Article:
Eosinophils are potent effector cells associated with allergic inflammation and parasite infections. However, limited information exists about their turnover, migration, and survival in vivo. To address these important questions, we determined murine eosinophil turnover under steady state and inflammatory conditions by flow cytometric analysis of BrdU incorporation and analyzed their migration pattern and survival in different tissues after adoptive transfer into recipient mice. In naive mice ∼50% of bone marrow eosinophils were labeled with BrdU during a 15-h pulse, whereas only 10% of splenic eosinophils were labeled within this time frame. Unexpectedly, the rate of eosinophil production did not change during acute infection with the helminth parasite Nippostrongylus brasiliensis despite massive eosinophilia in several tissues. Eosinophils present in lung and peritoneum remained largely BrdU negative, indicating that eosinophilia in end organs was mainly caused by increased survival of already existing eosinophils rather than increased production of new eosinophils in the bone marrow. Adoptive transfer experiments revealed that eosinophils preferentially migrated to the peritoneum in a macrophage-independent and pertussis toxin-sensitive manner, where they survived for several days. Peritoneal eosinophils expressed high levels of the inhibitory receptor Siglec-F, released less eosinophil peroxidase compared with eosinophils from the spleen, and could recirculate to other organs. These results demonstrate that the peritoneum serves as reservoir for eosinophils.
Helminth infections and allergic airway inflammation lead to increased numbers of eosinophils in the bone marrow, blood, and peripheral tissues like lung or intestines. IL-3, IL-5, and GM-CSF promote the generation of eosinophils in the bone marrow and prolong their survival in peripheral tissues (1). Mature eosinophils have a short half-life in vitro, which can be increased by adding IL-5 to the medium or coculture with endothelial cells (2). Ex vivo analysis of nasal polyps from bronchial asthma patients demonstrated that IL-5 delayed apoptosis of eosinophils in these tissues (3). IL-5 transgenic mice have large numbers of eosinophils in many tissues (4, 5). However, it is still unclear to what extent eosinophilia is regulated by increased eosinophil survival in peripheral tissues or increased de novo generation of eosinophils in the bone marrow. Early studies in humans determined eosinophilopoiesis by pulse-chase experiments using [3H]thymidine as tracer (6), but a detailed analysis of eosinophil turnover in different tissues and under inflammatory conditions has not been reported. This is mainly due to a lack of specific surface markers for these cells and their low abundance in different tissues. Administration of the thymidine analog BrdU can be used to mark proliferating cells in vivo. Immunocytochemical staining of BrdU-labeled cells has been used to detect newly generated cells in lung and bone marrow of mice exposed to allergic airway inflammation (7). The number of BrdU-labeled granulocytes increased in lung and bone marrow after repeated allergen challenges, but in that case it was impossible to differentiate between neutrophils, eosinophils, and basophils.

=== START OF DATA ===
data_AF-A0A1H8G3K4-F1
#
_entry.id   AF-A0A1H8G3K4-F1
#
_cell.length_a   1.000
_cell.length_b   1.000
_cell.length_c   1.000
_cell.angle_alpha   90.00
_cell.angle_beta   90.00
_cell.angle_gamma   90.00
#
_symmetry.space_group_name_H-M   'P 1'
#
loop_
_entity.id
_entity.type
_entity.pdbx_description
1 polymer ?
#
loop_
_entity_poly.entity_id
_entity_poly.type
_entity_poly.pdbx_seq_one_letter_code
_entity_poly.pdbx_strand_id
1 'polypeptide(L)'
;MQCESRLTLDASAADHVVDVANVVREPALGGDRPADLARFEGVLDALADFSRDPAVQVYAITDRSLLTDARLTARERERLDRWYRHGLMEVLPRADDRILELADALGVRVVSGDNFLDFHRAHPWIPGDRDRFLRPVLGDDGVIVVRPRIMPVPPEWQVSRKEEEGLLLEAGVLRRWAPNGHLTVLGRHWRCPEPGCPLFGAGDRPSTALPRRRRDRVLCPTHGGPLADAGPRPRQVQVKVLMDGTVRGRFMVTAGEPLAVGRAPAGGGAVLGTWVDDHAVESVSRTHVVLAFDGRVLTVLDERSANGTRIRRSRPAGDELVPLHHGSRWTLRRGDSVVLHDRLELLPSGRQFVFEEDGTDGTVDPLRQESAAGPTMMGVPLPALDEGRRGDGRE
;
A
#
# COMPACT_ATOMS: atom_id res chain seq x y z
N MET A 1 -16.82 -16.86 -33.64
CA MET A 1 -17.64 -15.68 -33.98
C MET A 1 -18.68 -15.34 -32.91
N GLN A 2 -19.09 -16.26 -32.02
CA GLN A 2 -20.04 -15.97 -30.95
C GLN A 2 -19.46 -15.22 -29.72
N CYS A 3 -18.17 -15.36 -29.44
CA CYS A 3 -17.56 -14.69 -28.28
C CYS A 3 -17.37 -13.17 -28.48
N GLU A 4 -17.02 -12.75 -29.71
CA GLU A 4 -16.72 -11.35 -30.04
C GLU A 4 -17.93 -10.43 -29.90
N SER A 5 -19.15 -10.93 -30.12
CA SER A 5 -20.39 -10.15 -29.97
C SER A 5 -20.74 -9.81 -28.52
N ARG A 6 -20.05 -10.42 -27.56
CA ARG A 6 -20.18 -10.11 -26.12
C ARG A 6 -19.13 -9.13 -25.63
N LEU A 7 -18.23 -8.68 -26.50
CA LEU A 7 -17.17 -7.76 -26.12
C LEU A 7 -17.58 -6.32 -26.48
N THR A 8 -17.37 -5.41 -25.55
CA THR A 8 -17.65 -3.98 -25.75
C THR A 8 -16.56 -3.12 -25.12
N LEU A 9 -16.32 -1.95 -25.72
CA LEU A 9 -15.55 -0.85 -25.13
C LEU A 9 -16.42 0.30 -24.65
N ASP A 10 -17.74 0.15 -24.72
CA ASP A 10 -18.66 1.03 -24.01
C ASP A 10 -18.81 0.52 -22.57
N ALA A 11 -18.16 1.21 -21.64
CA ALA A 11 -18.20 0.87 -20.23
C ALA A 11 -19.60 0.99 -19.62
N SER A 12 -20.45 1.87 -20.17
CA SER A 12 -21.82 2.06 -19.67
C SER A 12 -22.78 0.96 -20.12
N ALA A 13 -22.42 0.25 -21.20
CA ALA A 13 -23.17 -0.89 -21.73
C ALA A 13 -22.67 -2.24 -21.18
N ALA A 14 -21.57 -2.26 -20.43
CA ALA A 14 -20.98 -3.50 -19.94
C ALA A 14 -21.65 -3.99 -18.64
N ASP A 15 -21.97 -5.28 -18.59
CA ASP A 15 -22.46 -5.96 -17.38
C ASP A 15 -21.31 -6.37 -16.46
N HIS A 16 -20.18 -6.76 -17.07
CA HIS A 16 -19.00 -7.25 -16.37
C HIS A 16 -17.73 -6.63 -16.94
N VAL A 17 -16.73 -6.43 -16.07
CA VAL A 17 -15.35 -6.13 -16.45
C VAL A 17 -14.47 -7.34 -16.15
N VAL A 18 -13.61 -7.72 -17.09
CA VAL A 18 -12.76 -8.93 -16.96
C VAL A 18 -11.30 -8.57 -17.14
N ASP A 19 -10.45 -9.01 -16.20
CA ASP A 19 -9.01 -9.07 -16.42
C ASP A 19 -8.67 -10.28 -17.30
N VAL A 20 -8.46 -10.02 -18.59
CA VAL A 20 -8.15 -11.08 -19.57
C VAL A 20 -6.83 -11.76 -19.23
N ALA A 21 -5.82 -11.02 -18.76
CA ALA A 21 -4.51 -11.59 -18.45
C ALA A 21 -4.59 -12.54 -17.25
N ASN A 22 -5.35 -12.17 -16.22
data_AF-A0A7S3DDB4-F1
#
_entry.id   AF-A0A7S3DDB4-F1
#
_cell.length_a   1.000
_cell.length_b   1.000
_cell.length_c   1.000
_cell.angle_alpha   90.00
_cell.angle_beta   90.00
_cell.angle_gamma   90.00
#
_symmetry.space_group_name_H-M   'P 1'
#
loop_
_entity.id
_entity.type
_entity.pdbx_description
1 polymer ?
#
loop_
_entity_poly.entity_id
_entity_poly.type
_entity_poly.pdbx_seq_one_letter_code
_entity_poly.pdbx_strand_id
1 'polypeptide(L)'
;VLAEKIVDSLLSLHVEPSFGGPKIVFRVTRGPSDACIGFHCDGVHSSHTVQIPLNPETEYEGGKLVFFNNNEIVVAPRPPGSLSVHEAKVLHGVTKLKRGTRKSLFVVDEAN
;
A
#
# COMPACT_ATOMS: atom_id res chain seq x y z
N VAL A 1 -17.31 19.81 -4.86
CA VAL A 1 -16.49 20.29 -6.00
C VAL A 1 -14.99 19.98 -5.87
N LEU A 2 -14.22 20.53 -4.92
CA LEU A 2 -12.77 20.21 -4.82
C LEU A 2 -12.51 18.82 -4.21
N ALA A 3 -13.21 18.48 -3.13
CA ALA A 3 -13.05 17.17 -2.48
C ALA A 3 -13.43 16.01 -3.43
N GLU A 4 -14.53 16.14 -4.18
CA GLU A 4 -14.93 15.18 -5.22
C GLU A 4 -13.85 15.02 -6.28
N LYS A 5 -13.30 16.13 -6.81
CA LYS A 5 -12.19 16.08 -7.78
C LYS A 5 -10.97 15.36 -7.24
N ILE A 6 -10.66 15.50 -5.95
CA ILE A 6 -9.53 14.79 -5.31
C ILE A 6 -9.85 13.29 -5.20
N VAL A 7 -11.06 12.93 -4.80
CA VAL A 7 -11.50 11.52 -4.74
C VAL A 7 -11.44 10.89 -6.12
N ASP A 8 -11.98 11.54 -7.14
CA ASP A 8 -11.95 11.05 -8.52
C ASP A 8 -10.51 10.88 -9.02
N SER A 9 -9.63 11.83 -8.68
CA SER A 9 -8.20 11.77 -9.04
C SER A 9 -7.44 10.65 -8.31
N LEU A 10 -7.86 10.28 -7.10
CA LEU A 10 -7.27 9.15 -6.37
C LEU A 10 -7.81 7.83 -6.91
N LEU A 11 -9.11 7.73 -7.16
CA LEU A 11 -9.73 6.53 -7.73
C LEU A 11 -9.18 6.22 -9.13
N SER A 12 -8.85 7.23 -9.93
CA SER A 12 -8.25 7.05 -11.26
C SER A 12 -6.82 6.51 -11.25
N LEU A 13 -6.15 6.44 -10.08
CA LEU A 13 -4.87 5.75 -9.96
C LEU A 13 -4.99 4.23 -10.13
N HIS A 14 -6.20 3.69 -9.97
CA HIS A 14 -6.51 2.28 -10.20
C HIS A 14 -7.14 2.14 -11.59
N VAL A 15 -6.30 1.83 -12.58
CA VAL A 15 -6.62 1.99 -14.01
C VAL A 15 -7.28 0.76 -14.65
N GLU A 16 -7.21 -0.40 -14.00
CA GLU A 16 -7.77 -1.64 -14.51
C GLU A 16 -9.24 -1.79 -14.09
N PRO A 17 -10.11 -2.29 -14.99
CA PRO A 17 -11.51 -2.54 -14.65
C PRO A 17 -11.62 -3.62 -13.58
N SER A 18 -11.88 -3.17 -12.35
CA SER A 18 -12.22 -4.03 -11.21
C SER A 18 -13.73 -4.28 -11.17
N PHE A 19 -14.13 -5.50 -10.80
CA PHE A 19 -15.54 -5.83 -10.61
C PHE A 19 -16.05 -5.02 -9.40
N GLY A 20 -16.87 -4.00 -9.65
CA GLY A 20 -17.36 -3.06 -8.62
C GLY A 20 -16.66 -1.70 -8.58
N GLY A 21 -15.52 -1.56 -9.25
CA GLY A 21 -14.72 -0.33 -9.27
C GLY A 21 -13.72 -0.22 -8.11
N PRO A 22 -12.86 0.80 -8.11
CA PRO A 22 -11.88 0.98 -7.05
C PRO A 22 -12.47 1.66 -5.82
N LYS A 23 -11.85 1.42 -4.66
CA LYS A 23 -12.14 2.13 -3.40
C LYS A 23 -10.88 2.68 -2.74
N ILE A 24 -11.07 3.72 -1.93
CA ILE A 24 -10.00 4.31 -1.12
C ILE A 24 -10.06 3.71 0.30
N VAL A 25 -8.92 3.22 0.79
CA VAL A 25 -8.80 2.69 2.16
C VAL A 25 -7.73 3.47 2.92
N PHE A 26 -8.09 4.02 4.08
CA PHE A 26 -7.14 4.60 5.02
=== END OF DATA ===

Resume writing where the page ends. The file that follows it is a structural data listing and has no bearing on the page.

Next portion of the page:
Eosinophil migration and recruitment to inflamed tissues is mediated by chemotactic factors including chemokines, lipid mediators, and complement components (reviewed in Ref. 8). Adoptive transfer of radioactively labeled eosinophils into helminth-infected rats demonstrated their recruitment to the lung and intestine according to the known migration pattern of the parasites (9). Recently, transgenic mice expressing luciferase in eosinophils were used to demonstrate eosinophil migration in mice during infection with Schistosoma mansoni (10). The strength of this technique is the possibility to perform noninvasive real-time measurements of the kinetics of eosinophil migration in the same animal over a long time period. At present the resolution of this technique is not high enough to visualize small cell numbers, and it is impossible to distinguish whether increased eosinophil numbers in a given tissue are due to enhanced recruitment or reduced apoptosis. A better understanding of the kinetics of eosinophil turnover and migration to inflamed tissues is crucial to develop new strategies for therapeutic interventions aiming at selectively reducing eosinophil numbers in affected tissues.
The activity of eosinophils can be regulated by surface receptors including Fc receptors, members of the leukocyte Ig-like receptor family, the CD2 family, or the CD33-related sialic acid binding Ig-like lectin (Siglec) family (11). Siglec-F, a recently identified inhibitory receptor on mouse eosinophils and its human functional homologue Siglec-8 have been shown to induce apoptosis when crosslinked in vitro by mAbs (12, 13). It remains to be determined whether Siglec-F can act as inhibitory receptor and regulate degranulation of eosinophils. In this study, we used Siglec-F as marker in combination with BrdU labeling to determine eosinophil turnover and migration in vivo by flow cytometry under steady-state conditions and during infection with the helminth parasite Nippostrongylus brasiliensis. In addition, we performed adoptive transfer experiments to determine the dissemination pattern and survival of eosinophils in different tissues.
Materials and Methods